BOSTON – Gordon Hayward stepped onto the Celtics’ practice floor on Thursday for the latest State of Gordon Hayward Address, which was about what you would expect after the last one. Hayward doesn’t address the local media regularly, but updates on his health — which come anywhere from blog posts to Instagram videos — have not been hard to find. In an eight-minute scrum, Hayward offered up every reason to be optimistic for a full recovery from the horrific ankle injury that cost him all but five minutes of last season.
“Two weeks now, playing full-court basketball, five-on-five. Pretty much no restrictions,” Hayward said. “I’m still trying to keep a progression of how much time and how much load I’m putting on that ankle, but for the most part I’m feeling very, very well. It’s so much fun to be able to play again. The next month or so will be good to get back into the game, to feel the rhythm, the timing.
“I would say I’m basically 100 percent. There are certain things that are going to take time. I’m 100 percent healthy. I’m not 100 percent basketball-wise just because I haven’t played in a year. I’m trying to figure those things out. The last step for me from a physical standpoint is a little explosion, that last juice, bounce that you get. That’s the longest time. For the most part, I feel really good.”
These are good days in the Celtics Kingdom. Earlier this week a video popped on social media of Kyrie Irving — five-plus months removed from knee surgery — scrimmaging with James Harden, Kevin Durant and others in Miami. A person in attendance described Irving as looking “[expletive] amazing,” adding that Irving played two straight days with no limitations.
Now you have Hayward, physically ready for training camp and professing to have no fear of cutting or jumping on the ankle that twisted so grotesquely in last year’s season opener.
“When you go through a process like this, you find the fight within yourself,” Hayward said. “There [were] so many days when you wake up, you say, ‘Here we go again,’ another day I’m driving in, it’s freezing cold weather and the team is in L.A. or Miami playing. I’m picking up marbles and putting them into a bucket. I’m standing on one leg and doing balance drills. I’m shooting from a chair. All that stuff, to be able to do it every single day, to do it a little bit longer, to do it a little bit better, it was a process and a journey and I’m still not there yet, but it helped me find the fight in myself.”
Less than two weeks until training camps open and you really have to look for reasons not to believe Boston will cruise to the Eastern Conference title. Toronto added Kawhi Leonard, Milwaukee recruited Mike Budenholzer and Philadelphia will reincorporate Markelle Fultz into the mix. Yet none of these teams can approach the top-to-bottom talent of the Celtics.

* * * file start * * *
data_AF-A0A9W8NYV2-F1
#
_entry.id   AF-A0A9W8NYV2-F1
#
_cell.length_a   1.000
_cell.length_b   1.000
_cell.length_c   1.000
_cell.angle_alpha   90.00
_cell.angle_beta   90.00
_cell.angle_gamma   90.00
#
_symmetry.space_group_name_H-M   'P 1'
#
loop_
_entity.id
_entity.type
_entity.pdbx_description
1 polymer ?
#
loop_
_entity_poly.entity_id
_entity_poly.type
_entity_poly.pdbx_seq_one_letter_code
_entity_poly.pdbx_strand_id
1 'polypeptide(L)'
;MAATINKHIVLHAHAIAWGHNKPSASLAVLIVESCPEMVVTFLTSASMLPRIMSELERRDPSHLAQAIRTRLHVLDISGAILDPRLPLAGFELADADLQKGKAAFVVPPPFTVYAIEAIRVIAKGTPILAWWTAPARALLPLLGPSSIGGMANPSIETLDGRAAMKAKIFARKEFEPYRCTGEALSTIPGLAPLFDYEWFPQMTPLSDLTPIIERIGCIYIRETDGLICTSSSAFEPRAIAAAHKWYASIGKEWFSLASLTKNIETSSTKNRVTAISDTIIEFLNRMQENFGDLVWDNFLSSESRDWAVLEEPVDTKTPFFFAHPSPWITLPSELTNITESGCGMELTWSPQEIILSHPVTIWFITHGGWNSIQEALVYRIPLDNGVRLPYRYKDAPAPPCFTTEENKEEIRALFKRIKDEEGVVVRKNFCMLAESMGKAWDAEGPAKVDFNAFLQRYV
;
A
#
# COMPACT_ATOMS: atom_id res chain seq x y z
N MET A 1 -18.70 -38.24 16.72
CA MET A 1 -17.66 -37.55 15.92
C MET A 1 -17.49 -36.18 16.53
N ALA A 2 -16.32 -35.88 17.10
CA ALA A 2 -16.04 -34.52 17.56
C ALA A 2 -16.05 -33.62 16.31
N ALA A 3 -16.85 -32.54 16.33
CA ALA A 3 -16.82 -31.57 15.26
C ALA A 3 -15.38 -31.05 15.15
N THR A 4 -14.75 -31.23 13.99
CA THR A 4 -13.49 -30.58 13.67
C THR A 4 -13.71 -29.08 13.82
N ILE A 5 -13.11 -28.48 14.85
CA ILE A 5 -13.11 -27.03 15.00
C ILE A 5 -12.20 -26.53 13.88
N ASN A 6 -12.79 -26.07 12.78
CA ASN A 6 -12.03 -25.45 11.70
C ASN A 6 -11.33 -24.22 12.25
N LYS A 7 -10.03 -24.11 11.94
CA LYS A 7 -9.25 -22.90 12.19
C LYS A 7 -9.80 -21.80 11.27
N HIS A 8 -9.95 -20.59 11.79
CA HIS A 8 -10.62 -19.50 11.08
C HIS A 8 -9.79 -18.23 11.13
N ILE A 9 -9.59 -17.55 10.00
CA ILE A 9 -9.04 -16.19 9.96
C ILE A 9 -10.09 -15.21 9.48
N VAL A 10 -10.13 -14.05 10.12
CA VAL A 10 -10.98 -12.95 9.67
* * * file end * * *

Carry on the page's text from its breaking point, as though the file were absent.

Boston can throw hockey-style lines at you. The Celtics’ second unit — let’s call it Terry Rozier, Marcus Smart, Jaylen Brown, Marcus Morris and Daniel Theis — could compete for a playoff spot. Boston’s defensive versatility will be frightening, with all but Irving theoretically capable of defending multiple positions.
Could ego cause issues? Possibly. Coach Brad Stevens told the Yahoo Sports NBA Podcast last month that he will have what could be a tough conversation with someone about coming off the bench. The Celtics can stitch together an offensively lethal lineup with Al Horford in the middle, but Baynes — one of the NBA’s most underrated defensive big men — will get a lot of starts. That means someone from the Hayward/Brown/Jayson Tatum mix will have to begin games with the second unit.
“It’s not something I’m worried about at all,” Hayward said. “We’re worried about winning and putting another banner up behind you. We have so much depth, we have so much talent, it doesn’t matter who starts to me. My goal is to help us get that banner.”
Well, OK then.
A common criticism of the NBA in recent years is that its Finals matchups are predetermined, and it’s possible even the exit of LeBron James from the East won’t change that. Golden State is an overwhelming favorite to rep the West for the fifth straight season, and Boston could quickly prove it is untouchable on the other side. A 55-win conference finalist is adding an All-Star two-guard to its mix, one eager to shelve the State of Gordon Hayward updates for good. As Hayward reflected on his journey, on the highs of getting out of the walking boot and running for the first time, the lows of the second surgery and the tedious tasks he needed to perform during rehab, and the support he received from teammates, coaches and fans alike, he acknowledged he is ready to see what this team can do.
“Very anxious,” Hayward said. “Watching the guys last year gave me a lot of confidence in our team and what we can accomplish. Playing with some the last two weeks, we have some talent on this team, a lot of depth.”
And opening night?
“I 100 percent expect to be out there.”
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